Plastic Surgery Research Council
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PSRC 60th Annual Meeting
Program and Abstracts

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Patient-Specific Tissue Engineered Constructs for Ear Reconstruction: Long Term (6 month) Results
Benjamin P. Cohen, BS1, Rachel C. Hooper, MD2, Jennifer Puetzer, PhD1, Rachel Nordberg, MEng1, Ope A. Asanbe, MD2, Peipei Zhang, PhD2, Lawrence J. Bonassar, PhD1, Jason A. Spector, MD, FACS2.
1Cornell University, Ithaca, NY, USA, 2Weill Cornell Medical College, New York, NY, USA.

PURPOSE: The current gold standard for reconstruction of pediatric microtia is autologous costal cartilage reconstruction. This method is limited due to morbidity at the donor site, failure to match auricular cartilage properties, and difficulty accurately recreating the ear morphology of the individual patient. We have previously demonstrated the capacity to fabricate high fidelity patient-specific ear constructs using digital photogrammetry and CAD/CAM techniques, and that these constructs formed auricular cartilage when implanted in vivo for up to 3 months. We have now applied the same methods for constructs implanted in vivo for 6 months.
METHODS: A 5 year-old human female ear was imaged using three-dimensional photogrammetry, processed into a continuous surface, and embedded into a virtual block, which was printed as a 7-piece mold. A combination of bovine auricular chondrocytes and 10 mg/mL type I collagen was injection molded to form hydrogel ear constructs with a cell density of 25 x 106 cells/mL. Constructs were subcutaneously implanted into the dorsa of nude rats and harvested after 6 months. Post-harvest, constructs were analyzed by histological, biochemical, and biomechanical testing. Statistical analysis was performed using one-way ANOVA or one-way ANOVA by ranks, with a Tukey or Dunn’s, respectively, pairwise comparison and p<0.05 indicating statistical significance.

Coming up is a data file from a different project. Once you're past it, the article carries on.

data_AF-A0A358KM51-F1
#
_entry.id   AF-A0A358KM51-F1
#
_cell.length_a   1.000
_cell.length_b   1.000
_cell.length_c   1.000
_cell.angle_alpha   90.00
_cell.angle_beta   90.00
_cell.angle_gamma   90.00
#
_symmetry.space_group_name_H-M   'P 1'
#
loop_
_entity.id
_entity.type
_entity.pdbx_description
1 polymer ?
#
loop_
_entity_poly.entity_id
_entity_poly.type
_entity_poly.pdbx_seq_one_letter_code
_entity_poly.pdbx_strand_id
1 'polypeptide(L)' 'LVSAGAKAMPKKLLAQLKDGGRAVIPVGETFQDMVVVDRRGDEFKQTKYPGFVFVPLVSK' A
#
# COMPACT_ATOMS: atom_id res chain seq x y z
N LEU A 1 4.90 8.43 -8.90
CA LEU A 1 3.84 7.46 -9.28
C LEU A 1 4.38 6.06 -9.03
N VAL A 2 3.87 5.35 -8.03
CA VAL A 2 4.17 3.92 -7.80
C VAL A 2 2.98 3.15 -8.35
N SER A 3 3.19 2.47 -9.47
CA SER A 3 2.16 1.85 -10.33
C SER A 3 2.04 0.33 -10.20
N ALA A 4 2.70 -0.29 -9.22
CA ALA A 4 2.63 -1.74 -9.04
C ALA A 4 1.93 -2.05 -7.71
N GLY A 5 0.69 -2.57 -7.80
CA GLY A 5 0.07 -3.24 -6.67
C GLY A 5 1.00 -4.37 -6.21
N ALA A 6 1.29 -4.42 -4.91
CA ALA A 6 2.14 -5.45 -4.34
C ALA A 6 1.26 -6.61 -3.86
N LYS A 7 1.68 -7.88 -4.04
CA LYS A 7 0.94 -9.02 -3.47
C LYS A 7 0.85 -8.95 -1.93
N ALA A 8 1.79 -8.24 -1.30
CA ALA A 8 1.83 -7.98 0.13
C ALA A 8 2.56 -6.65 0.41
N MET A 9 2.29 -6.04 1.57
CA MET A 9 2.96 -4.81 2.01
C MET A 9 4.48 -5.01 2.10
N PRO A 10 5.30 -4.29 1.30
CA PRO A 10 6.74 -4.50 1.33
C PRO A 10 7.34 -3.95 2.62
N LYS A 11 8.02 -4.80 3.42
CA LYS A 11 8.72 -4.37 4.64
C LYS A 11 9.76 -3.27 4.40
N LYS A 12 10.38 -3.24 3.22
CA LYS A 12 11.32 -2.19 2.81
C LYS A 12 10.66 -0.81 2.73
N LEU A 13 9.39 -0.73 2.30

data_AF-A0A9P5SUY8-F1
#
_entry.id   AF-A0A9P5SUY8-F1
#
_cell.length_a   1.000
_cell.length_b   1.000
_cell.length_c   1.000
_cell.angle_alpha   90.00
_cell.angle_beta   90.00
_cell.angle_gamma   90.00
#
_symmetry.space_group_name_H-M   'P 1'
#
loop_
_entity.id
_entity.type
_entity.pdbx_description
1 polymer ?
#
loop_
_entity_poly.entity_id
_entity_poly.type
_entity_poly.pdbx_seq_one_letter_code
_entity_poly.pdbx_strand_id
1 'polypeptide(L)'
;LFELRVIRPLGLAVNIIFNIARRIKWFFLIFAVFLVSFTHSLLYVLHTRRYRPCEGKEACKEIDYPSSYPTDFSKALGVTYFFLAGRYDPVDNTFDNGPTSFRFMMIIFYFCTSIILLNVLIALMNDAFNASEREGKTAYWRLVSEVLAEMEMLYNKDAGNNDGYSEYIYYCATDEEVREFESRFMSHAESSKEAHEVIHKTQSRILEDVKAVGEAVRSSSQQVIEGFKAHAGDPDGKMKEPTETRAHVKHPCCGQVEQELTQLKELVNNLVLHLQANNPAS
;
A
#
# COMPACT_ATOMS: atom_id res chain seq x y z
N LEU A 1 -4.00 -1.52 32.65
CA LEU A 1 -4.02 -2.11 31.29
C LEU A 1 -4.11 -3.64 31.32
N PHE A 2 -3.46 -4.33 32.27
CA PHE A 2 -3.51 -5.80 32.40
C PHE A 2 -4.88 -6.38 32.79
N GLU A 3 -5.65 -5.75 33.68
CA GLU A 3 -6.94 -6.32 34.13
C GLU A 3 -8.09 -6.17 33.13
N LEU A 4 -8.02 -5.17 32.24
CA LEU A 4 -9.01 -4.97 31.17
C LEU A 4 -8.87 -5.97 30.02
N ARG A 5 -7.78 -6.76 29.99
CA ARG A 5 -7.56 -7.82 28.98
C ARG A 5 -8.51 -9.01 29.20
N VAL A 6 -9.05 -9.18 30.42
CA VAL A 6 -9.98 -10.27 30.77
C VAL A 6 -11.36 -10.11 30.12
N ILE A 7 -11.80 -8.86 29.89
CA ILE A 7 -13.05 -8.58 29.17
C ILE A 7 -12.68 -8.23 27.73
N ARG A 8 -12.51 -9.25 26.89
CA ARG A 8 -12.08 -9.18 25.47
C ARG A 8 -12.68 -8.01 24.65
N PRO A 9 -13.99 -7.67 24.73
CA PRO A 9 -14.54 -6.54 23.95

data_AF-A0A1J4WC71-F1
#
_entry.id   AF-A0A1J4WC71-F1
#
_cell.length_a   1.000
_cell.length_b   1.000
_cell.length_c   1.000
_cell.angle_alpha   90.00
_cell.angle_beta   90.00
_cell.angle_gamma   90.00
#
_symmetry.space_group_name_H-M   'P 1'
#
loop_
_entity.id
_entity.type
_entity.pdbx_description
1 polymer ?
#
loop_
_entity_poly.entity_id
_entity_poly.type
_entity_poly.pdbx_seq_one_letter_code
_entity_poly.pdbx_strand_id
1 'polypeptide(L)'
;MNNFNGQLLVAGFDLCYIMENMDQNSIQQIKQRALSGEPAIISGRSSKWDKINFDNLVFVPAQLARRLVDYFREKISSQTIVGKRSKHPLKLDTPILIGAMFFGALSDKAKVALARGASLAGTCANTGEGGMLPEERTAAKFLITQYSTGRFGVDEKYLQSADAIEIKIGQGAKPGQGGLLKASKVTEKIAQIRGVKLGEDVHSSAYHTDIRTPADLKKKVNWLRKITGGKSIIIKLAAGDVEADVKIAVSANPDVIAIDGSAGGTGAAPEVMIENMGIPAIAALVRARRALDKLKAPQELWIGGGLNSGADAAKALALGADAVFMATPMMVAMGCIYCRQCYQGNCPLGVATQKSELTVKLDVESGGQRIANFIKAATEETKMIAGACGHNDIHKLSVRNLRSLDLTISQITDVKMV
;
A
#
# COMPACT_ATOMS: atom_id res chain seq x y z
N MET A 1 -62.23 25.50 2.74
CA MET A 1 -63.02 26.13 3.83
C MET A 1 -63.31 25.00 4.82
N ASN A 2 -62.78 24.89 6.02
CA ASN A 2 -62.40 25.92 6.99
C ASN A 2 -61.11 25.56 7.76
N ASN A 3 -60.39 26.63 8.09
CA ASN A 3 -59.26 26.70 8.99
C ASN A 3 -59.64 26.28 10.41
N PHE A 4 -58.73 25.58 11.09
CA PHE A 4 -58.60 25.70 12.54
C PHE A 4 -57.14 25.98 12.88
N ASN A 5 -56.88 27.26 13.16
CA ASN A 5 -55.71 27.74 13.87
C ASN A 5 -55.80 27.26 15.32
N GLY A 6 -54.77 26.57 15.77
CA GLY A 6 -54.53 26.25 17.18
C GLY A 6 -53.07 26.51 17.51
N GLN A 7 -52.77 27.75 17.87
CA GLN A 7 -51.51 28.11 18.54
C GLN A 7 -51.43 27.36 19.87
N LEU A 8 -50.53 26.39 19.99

RESULTS: After 6 months of implantation, engineered auricular constructs demonstrated sustained ear morphology, formation of auricular neocartilage, and mechanical and biochemical properties similar to those of native auricular cartilage. Constructs maintained overall aesthetic fidelity and size upon gross inspection. Safranin O staining for GAG content and Verhoeff staining for elastin displayed the generation of a perichondrial surface layer, a proteoglycan rich core, and elastin fiber organization. Mechanically, the equilibrium modulus reached levels similar to those of native auricular cartilage within 3 months with reduced variation after 6 months. Proteoglycan and collagen content was found to not be statistically different from native bovine auricular cartilage for constructs implanted for 3 and 6 months.
CONCLUSIONS: High fidelity constructs composed of auricular cartilage were successfully produced following 6 months of in vivo subcutaneous growth of collagen hydrogels seeded with auricular chondrocytes. These engineered constructs maintained size and aesthetic quality and also displayed similar structural organization, matrix composition, and mechanical properties to native tissue. This injection molding approach demonstrates the feasibility for fabrication of patient-specific, high fidelity tissue engineered constructs for patients suffering from microtia or traumatic ear injury. Further work using human auricular chondrocytes is required to show translation of this technology, and alternative cell sources such as mesenchymal stem cells will be investigated.


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